Certainly if Jim feels that the internal differences are important enough to require an adjustment of our functioning he is proceeding in the wrong way. Rather than presenting the tendency with an organizational solution to these differences in the form of a worked out perspective, he should first seek to clarify the nature of these differences through a political discussion process. Or to put it concretely before he works out a way as to how we are to handle our differences on Cuba in the YSA pre-convention discussion, it is proper to first discover the nature and extent of these differences. Only when we discover this will we be in a position to discuss meaningfully the best way to handle them.
In any event we have a way to clarify politically what the basis of our tendency is. We have been asked to consider the new draft of the SLL Resolution when it comes out and to declare ourselves as to our support to that document making clear of course any reservations we may have (as on Cuba). Therefore we plan to have such a discussion and certainly will not present our views on this to the party and the IC without a discussion in our ranks on the actual statement to be issued. I hope this process will clear up once and for all the nature of the political basis of our tendency. Then whatever minor differences remain (and these will remain for ours is not a personal grouping) can be handled responsibly within the framework of a clear understanding of the nature of the political ties that hold us together.
There is one point that I feel extremely strong on–we must avoid at all costs any tendency of our people becoming turned inward around such a speculative business as a discussion of perspectives. It seems that everything in the world, including unfortunately ourselves, are conspiring to obscure the importance of our proceeding on a straight line to doing positive party building work on the one hand and seeking clarification on International Perspectives on the other. This must not be allowed to continue. We have important internal educational and political tasks in our tendency. But these tasks, if they are to be fruitful, must be directly related to our external tasks–to especially the preparation of our tendency for participation in a discussion on the World Movement in the party.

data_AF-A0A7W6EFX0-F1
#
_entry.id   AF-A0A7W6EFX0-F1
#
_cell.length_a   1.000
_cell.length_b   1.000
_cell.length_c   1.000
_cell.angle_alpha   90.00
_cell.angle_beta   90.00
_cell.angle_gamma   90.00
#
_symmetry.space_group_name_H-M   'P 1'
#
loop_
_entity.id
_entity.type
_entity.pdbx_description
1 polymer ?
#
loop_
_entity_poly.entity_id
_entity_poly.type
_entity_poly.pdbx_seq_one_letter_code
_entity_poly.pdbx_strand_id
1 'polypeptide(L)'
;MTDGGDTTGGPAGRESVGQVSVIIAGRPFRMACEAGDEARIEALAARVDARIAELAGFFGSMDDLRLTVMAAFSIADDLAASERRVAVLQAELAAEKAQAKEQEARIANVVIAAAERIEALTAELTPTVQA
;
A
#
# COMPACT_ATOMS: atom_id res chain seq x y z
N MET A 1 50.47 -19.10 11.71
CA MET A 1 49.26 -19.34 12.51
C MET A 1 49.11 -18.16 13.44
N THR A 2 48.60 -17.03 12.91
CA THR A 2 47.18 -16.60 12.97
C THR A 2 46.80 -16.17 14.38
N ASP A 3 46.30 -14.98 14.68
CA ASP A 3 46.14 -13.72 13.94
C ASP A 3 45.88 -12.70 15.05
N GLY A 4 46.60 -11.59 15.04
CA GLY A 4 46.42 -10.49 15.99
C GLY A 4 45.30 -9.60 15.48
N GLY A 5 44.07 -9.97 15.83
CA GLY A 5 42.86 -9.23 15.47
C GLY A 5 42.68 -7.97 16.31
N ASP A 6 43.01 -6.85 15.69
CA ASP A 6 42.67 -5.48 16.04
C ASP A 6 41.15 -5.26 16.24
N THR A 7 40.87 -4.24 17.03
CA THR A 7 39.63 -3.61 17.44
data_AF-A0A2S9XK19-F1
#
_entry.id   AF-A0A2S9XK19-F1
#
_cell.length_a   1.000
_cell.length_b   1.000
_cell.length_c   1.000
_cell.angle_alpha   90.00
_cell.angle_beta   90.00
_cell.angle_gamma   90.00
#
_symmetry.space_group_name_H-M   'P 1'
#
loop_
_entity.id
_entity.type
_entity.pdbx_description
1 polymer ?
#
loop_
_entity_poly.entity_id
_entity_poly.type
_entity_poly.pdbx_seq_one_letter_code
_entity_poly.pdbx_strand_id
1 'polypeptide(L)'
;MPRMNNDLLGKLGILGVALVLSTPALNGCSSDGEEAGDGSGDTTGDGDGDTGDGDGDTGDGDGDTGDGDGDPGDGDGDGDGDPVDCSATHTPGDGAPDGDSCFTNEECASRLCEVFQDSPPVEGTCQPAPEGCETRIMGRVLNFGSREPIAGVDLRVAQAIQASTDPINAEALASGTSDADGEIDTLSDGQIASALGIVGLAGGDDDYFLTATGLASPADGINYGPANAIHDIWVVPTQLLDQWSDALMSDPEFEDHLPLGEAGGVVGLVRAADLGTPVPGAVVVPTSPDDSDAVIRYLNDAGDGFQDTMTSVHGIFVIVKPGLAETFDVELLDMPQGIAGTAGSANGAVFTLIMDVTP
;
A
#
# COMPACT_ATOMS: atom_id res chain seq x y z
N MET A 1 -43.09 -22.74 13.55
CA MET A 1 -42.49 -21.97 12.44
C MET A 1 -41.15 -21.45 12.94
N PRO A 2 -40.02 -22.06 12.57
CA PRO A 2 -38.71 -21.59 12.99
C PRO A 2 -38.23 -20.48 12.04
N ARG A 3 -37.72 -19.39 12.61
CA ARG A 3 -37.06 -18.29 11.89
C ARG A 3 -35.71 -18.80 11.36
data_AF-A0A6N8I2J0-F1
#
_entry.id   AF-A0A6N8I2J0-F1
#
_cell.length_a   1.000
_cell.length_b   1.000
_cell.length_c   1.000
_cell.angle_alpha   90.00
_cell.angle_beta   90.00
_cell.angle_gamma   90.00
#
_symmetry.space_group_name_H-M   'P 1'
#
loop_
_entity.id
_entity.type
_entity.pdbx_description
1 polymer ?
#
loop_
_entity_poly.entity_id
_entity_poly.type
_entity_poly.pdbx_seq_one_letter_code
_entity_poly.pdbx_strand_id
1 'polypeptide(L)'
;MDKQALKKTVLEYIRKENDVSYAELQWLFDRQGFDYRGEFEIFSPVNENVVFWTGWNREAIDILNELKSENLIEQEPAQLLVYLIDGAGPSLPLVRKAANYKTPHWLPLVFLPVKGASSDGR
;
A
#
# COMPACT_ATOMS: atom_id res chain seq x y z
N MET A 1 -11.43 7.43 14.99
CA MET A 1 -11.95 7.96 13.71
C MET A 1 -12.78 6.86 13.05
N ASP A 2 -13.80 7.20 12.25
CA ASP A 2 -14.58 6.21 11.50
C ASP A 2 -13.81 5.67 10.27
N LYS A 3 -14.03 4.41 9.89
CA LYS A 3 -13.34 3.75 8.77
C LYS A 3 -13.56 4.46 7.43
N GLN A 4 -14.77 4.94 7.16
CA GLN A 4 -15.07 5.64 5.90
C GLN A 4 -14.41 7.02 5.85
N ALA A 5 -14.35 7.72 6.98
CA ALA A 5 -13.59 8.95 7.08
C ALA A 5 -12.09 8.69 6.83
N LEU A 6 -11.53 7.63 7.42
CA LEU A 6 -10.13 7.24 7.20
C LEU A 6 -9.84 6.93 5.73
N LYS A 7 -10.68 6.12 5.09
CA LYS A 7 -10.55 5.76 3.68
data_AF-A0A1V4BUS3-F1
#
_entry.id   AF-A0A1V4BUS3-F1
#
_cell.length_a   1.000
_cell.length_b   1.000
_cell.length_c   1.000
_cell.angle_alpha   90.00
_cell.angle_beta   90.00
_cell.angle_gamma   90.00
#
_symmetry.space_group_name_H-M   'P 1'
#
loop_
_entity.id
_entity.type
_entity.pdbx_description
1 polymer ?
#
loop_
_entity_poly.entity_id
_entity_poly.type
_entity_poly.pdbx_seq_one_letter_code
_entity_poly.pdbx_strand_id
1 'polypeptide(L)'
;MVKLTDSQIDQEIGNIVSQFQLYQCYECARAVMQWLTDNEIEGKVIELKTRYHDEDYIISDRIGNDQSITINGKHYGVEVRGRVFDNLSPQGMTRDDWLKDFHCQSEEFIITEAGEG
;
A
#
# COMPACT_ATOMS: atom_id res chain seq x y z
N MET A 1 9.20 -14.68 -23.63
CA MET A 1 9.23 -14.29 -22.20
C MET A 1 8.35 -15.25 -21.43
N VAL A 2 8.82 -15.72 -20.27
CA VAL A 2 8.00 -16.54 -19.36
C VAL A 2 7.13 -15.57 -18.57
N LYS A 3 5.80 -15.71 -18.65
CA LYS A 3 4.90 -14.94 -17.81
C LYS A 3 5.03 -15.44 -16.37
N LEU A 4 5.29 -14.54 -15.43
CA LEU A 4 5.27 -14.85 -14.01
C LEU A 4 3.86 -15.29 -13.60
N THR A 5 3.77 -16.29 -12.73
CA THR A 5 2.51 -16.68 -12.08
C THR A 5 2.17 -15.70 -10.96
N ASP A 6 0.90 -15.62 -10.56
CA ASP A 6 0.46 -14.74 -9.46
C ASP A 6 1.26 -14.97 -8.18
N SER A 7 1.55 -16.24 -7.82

I might mention one practical point on Jim’s suggestions as to how we handle ourselves in the Cuba discussion. Needless to say in the past party discussion, we did not require or urge the comrades to appear in the party as a monolithic group. I assume that comrade Danny and other comrades who felt Cuba was a deformed workers state made it clear in their locals that they supported the general approach of our Cuba line but felt that Cuba had already become a deformed workers state. Such an approach is not harmful to our tendency and certainly there is no call for any change in this way of functioning now. However I do feel strongly that it is politically irresponsible for separate drafts on Cuba to be presented in the YSA discussion by our people. Certainly such a drastic step, which simply would mean to the party that we were not in fact a principled political tendency, should not be taken unless a fundamental difference on this question comes up in our discussions–it should not be proposed before such differences do come up. As I said earlier there is no basis at all for feeling that anything but the most minor differences exist among us. Perhaps the hardest thing to learn in politics is to acquire a sense of perspective to differentiate between important and unimportant differences and not to let unimportant ones obscure essential agreement.
You may of course show this letter to any comrades in the area who may have seen Jim’s letter to you.